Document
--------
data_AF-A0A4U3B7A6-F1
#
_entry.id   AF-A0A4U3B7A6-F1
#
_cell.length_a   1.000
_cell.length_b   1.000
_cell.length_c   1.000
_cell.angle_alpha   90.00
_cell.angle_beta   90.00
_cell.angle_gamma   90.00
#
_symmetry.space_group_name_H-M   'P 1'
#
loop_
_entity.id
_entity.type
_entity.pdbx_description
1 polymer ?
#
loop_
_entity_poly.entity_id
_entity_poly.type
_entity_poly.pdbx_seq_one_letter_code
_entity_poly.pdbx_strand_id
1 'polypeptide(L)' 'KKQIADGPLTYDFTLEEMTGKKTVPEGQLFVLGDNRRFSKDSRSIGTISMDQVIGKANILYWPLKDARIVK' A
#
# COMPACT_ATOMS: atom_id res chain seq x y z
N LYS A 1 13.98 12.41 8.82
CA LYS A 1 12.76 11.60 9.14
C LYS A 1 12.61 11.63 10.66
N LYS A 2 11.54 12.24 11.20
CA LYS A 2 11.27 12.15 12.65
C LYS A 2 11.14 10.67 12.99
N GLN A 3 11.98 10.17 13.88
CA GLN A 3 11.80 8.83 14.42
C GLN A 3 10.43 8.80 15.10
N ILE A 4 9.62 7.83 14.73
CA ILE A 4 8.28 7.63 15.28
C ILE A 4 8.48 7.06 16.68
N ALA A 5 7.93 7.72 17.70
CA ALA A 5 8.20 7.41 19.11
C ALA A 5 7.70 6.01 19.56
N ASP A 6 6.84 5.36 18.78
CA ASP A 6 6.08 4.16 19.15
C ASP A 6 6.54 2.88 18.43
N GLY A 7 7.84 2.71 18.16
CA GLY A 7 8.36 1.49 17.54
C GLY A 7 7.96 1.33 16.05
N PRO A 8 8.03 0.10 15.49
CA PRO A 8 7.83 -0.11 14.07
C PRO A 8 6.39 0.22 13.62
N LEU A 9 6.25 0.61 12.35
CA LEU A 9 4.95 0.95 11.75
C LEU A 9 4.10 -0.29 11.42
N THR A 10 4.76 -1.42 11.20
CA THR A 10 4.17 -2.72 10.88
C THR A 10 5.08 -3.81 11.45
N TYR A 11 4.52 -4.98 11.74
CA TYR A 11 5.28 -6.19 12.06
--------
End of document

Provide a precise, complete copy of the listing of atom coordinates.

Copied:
data_AF-A0A4U3B7A6-F1
#
_entry.id   AF-A0A4U3B7A6-F1
#
_cell.length_a   1.000
_cell.length_b   1.000
_cell.length_c   1.000
_cell.angle_alpha   90.00
_cell.angle_beta   90.00
_cell.angle_gamma   90.00
#
_symmetry.space_group_name_H-M   'P 1'
#
loop_
_entity.id
_entity.type
_entity.pdbx_description
1 polymer ?
#
loop_
_entity_poly.entity_id
_entity_poly.type
_entity_poly.pdbx_seq_one_letter_code
_entity_poly.pdbx_strand_id
1 'polypeptide(L)' 'KKQIADGPLTYDFTLEEMTGKKTVPEGQLFVLGDNRRFSKDSRSIGTISMDQVIGKANILYWPLKDARIVK' A
#
# COMPACT_ATOMS: atom_id res chain seq x y z
N LYS A 1 13.98 12.41 8.82
CA LYS A 1 12.76 11.60 9.14
C LYS A 1 12.61 11.63 10.66
N LYS A 2 11.54 12.24 11.20
CA LYS A 2 11.27 12.15 12.65
C LYS A 2 11.14 10.67 12.99
N GLN A 3 11.98 10.17 13.88
CA GLN A 3 11.80 8.83 14.42
C GLN A 3 10.43 8.80 15.10
N ILE A 4 9.62 7.83 14.73
CA ILE A 4 8.28 7.63 15.28
C ILE A 4 8.48 7.06 16.68
N ALA A 5 7.93 7.72 17.70
CA ALA A 5 8.20 7.41 19.11
C ALA A 5 7.70 6.01 19.56
N ASP A 6 6.84 5.36 18.78
CA ASP A 6 6.08 4.16 19.15
C ASP A 6 6.54 2.88 18.43
N GLY A 7 7.84 2.71 18.16
CA GLY A 7 8.36 1.49 17.54
C GLY A 7 7.96 1.33 16.05
N PRO A 8 8.03 0.10 15.49
CA PRO A 8 7.83 -0.11 14.07
C PRO A 8 6.39 0.22 13.62
N LEU A 9 6.25 0.61 12.35
CA LEU A 9 4.95 0.95 11.75
C LEU A 9 4.10 -0.29 11.42
N THR A 10 4.76 -1.42 11.20
CA THR A 10 4.17 -2.72 10.88
C THR A 10 5.08 -3.81 11.45
N TYR A 11 4.52 -4.98 11.74
CA TYR A 11 5.28 -6.19 12.06